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The Octodontidae include a number of curious and obscure rat-like animals, mostly confined to the mountains and open plains of South America, but having a few stragglers in other parts of the world, as will be seen by our notes on the genera. The most remarkable point in their distribution is, that two genera are peculiar to the West Indian islands, while no species of the family inhabits the northern half of South America. The distribution of the genera is as follows:--Habrocomus (2 sp.), Chili; Capromys (3 sp.), two of which inhabit Cuba, the third Jamaica (Plate XVII, vol. ii. p. 67); Plagiodontia (1 sp.), only known from Hayti; Spalacopus, including Schizodon (2 sp.), Chili, and east side of Southern Andes ; Octodon (3 sp.), Peru, Bolivia, and Chili; Ctenomys (6 sp.), the tuco-tuco of the Pampas, the Campos of Brazil to Bolivia and Tierra del Fuego; Ctenodactylus (1 sp.), Tripoli, North Africa ; Pectinator (1 sp.), East Africa, Abyssinia, 4,000 to 5,000 feet.
Capromys and Plagiodontia, the two West Indian genera, were classed among the Echimyidæ by Mr. Waterhouse, but Professor Lilljeborg removes them to this family.
Extinct Octodontidæ.—Species of Ctenomys have been found in the Pliocene of La Plata, and an extinct genus Megamys, said to be allied to Capromys, in the Eocene of the same country. In Europe, Palæomys and Archæomys from the lower Miocene of Germany and France, are also said to be allied to Capromys..
FAMILY 65.—ECHIMYIDÆ. (10 Genera, 30 Species.)
The Echimyidæ, or spiny rats, are a family, chiefly South American, of which the Coypu, a large beaver-like water-rat from. Peru and Chili is the best known. Two of the genera are found in South Africa, but all the rest inhabit the continent of South America, East of the Andes, none being yet known north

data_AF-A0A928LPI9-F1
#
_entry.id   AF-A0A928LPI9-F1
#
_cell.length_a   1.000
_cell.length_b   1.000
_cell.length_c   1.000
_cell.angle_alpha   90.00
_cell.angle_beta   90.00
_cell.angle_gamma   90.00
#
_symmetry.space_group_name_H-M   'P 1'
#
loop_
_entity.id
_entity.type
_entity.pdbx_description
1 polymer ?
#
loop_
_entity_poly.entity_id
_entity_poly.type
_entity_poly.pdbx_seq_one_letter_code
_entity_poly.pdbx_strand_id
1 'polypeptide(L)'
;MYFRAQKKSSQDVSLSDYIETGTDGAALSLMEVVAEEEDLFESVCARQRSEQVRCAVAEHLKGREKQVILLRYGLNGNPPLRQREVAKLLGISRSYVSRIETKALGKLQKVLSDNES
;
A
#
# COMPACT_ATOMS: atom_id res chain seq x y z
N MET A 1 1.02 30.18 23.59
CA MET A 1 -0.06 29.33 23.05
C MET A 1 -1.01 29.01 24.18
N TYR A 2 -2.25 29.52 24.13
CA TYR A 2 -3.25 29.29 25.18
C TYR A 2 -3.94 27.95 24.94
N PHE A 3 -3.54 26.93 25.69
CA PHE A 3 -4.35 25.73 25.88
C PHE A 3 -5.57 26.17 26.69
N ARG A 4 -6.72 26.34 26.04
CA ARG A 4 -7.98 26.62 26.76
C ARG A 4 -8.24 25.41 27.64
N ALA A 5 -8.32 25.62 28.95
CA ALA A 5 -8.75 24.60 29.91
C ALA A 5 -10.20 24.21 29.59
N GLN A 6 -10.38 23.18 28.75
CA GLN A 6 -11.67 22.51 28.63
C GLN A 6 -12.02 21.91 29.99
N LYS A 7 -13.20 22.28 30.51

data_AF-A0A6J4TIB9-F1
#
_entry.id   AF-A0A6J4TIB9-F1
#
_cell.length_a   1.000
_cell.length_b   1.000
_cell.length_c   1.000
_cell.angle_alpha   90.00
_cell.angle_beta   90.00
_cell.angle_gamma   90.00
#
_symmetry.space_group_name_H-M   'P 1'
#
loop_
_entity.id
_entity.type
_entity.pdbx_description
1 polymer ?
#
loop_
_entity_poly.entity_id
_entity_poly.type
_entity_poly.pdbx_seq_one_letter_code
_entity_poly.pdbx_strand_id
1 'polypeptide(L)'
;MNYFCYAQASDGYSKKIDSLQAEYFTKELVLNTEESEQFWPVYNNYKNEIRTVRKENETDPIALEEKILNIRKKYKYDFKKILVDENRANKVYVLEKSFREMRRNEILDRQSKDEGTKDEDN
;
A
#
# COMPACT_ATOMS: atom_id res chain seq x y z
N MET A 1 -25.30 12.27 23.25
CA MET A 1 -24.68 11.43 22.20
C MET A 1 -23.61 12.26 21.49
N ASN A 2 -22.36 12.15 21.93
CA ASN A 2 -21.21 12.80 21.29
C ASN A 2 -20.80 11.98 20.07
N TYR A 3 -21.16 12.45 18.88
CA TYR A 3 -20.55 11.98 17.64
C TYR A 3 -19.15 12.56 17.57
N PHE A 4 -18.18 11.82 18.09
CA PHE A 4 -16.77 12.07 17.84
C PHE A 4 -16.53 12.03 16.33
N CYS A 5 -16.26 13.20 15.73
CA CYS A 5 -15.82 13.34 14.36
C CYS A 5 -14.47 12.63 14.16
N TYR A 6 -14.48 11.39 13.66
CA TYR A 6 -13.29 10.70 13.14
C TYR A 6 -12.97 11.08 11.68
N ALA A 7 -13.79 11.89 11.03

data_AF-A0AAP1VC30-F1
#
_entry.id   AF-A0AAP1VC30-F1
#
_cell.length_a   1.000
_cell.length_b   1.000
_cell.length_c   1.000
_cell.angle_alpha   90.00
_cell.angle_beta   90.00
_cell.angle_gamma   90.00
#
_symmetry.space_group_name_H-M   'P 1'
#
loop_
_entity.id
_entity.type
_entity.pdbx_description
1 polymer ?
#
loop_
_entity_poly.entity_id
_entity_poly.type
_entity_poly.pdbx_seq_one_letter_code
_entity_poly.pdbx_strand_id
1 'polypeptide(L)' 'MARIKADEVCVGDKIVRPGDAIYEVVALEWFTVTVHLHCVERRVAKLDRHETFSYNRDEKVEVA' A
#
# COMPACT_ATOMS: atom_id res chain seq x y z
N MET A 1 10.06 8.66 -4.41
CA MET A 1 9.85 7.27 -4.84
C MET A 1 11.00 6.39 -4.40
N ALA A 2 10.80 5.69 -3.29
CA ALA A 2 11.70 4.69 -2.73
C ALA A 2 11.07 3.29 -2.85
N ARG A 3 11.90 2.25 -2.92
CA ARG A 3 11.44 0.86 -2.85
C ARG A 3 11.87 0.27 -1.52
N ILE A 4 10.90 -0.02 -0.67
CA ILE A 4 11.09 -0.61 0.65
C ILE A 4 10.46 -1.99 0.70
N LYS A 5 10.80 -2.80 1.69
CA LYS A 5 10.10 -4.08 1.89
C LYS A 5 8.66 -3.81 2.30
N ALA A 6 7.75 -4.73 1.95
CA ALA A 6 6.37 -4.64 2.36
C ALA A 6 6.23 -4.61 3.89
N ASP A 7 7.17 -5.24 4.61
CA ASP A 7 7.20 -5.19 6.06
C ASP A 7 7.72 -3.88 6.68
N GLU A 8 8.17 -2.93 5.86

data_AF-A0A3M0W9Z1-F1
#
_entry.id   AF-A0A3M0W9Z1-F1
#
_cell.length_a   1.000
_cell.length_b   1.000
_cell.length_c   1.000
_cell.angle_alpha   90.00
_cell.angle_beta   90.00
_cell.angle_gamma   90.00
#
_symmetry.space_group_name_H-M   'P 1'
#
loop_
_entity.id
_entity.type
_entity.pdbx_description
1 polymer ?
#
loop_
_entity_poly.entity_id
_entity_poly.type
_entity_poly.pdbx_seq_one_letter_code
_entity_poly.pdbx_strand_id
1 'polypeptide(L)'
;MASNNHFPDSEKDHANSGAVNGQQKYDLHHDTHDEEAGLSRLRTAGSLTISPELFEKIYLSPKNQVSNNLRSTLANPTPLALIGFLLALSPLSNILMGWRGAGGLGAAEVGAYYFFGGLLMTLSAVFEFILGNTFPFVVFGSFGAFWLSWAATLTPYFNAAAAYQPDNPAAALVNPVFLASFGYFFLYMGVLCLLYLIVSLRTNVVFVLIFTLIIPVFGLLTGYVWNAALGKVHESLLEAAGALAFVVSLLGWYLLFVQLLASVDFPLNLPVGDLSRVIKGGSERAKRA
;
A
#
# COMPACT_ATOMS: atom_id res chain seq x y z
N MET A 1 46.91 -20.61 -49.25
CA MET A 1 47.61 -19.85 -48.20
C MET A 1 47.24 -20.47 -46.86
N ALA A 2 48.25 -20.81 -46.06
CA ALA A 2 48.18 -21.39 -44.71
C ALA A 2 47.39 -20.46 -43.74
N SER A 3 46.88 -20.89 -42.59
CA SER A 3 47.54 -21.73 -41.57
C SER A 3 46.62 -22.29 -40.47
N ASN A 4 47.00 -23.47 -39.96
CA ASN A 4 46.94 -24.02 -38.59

of Panama. The genera are as follows :
-Dactylomys (2 sp.), Guiana and Brazil ; Cercomys (1 sp.), Central Brazil ; Lasiuromys (1 sp.), San Paulo, Brazil; Petromys (1 sp.), South Africa; Myopotamus (1 sp.), the coypu, on the East side of the Andes from Peru to 42° S. lat., on the West side from 33° to 48° S. lat. ; Carterodon (1 sp.), Minaes Geraes, Brazil; Aulacodes (1. sp.), West and South Africa; Mesomys (1 sp.), Borba on the Amazon ; Echimys (11 sp.), from Guiana and the Ecuadorian Andes to Paraguay; Loncheres (10 sp.), New Granada to Brazil.
Fossil and Extinct Echimyido. —The genus Carterodon was established on bones found in the Brazilian caves, and it was several years afterwards that specimens were obtained showing the animal to be a living species. Extinct species of Myopotamus and Loncheres have also been found in these caves, with the extinct genera Lonchophorus and Phyllomys.
No remains of this family have been discovered in North Arnerica ; but in the Miocene and Upper Eocene deposits of France there are many species of an extinct genus Theridomys, which is said to be allied to this group or to the next (Cercolabidæ). Aulacodon, from the Upper Miocene of Germany, is allied to the West African Aulacodes; and some other remains from the lower Miocene of Auvergne, are supposed to belong to Echimys.
The Cercolabidæ, or arboreal porcupines, are a group of rodents entirely confined to America, where they range from the northern limit of trees on the Mackenzie River, to the southern limit of forests in Paraguay. There is however an intervening district, the Southern United States, from which they are absent. Erethizon (3 sp.), the Canadian porcupine, is found throughout
Canada and as far south as Northern Pennsylvania, and west to the Mississippi (Plate XX., vol. ii. p. 135); an allied species inhabiting the west coast from California to Alaska, and inland to the head of the Missouri River; while a third is found in the north-western part of South America; Cercolabes (12 sp.), ranges from Mexico and Guatemala to Paraguay, on the eastern side of the Andes; Chatomys (1 sp.), North Brazil.